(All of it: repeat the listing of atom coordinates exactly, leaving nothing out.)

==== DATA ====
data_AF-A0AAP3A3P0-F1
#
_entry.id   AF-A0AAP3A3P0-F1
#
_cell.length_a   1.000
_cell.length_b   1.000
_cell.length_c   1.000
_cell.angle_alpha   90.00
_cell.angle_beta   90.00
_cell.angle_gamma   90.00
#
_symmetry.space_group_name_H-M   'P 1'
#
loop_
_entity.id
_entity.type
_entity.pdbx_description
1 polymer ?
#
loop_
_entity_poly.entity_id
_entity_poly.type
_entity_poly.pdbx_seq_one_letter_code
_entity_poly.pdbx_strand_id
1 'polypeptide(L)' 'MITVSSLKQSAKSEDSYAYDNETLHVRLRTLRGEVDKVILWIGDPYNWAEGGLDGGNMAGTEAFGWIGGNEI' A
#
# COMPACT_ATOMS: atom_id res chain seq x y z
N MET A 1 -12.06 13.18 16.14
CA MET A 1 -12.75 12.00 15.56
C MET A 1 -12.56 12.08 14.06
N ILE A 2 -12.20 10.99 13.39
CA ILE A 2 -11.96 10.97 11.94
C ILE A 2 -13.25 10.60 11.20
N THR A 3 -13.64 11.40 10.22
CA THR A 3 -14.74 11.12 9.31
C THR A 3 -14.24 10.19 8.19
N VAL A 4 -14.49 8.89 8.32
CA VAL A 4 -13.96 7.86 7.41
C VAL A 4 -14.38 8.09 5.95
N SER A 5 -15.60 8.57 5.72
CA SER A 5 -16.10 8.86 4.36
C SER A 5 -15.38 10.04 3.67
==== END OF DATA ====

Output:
data_AF-A0AAP3A3P0-F1
#
_entry.id   AF-A0AAP3A3P0-F1
#
_cell.length_a   1.000
_cell.length_b   1.000
_cell.length_c   1.000
_cell.angle_alpha   90.00
_cell.angle_beta   90.00
_cell.angle_gamma   90.00
#
_symmetry.space_group_name_H-M   'P 1'
#
loop_
_entity.id
_entity.type
_entity.pdbx_description
1 polymer ?
#
loop_
_entity_poly.entity_id
_entity_poly.type
_entity_poly.pdbx_seq_one_letter_code
_entity_poly.pdbx_strand_id
1 'polypeptide(L)' 'MITVSSLKQSAKSEDSYAYDNETLHVRLRTLRGEVDKVILWIGDPYNWAEGGLDGGNMAGTEAFGWIGGNEI' A
#
# COMPACT_ATOMS: atom_id res chain seq x y z
N MET A 1 -12.06 13.18 16.14
CA MET A 1 -12.75 12.00 15.56
C MET A 1 -12.56 12.08 14.06
N ILE A 2 -12.20 10.99 13.39
CA ILE A 2 -11.96 10.97 11.94
C ILE A 2 -13.25 10.60 11.20
N THR A 3 -13.64 11.40 10.22
CA THR A 3 -14.74 11.12 9.31
C THR A 3 -14.24 10.19 8.19
N VAL A 4 -14.49 8.89 8.32
CA VAL A 4 -13.96 7.86 7.41
C VAL A 4 -14.38 8.09 5.95
N SER A 5 -15.60 8.57 5.72
CA SER A 5 -16.10 8.86 4.36
C SER A 5 -15.38 10.04 3.67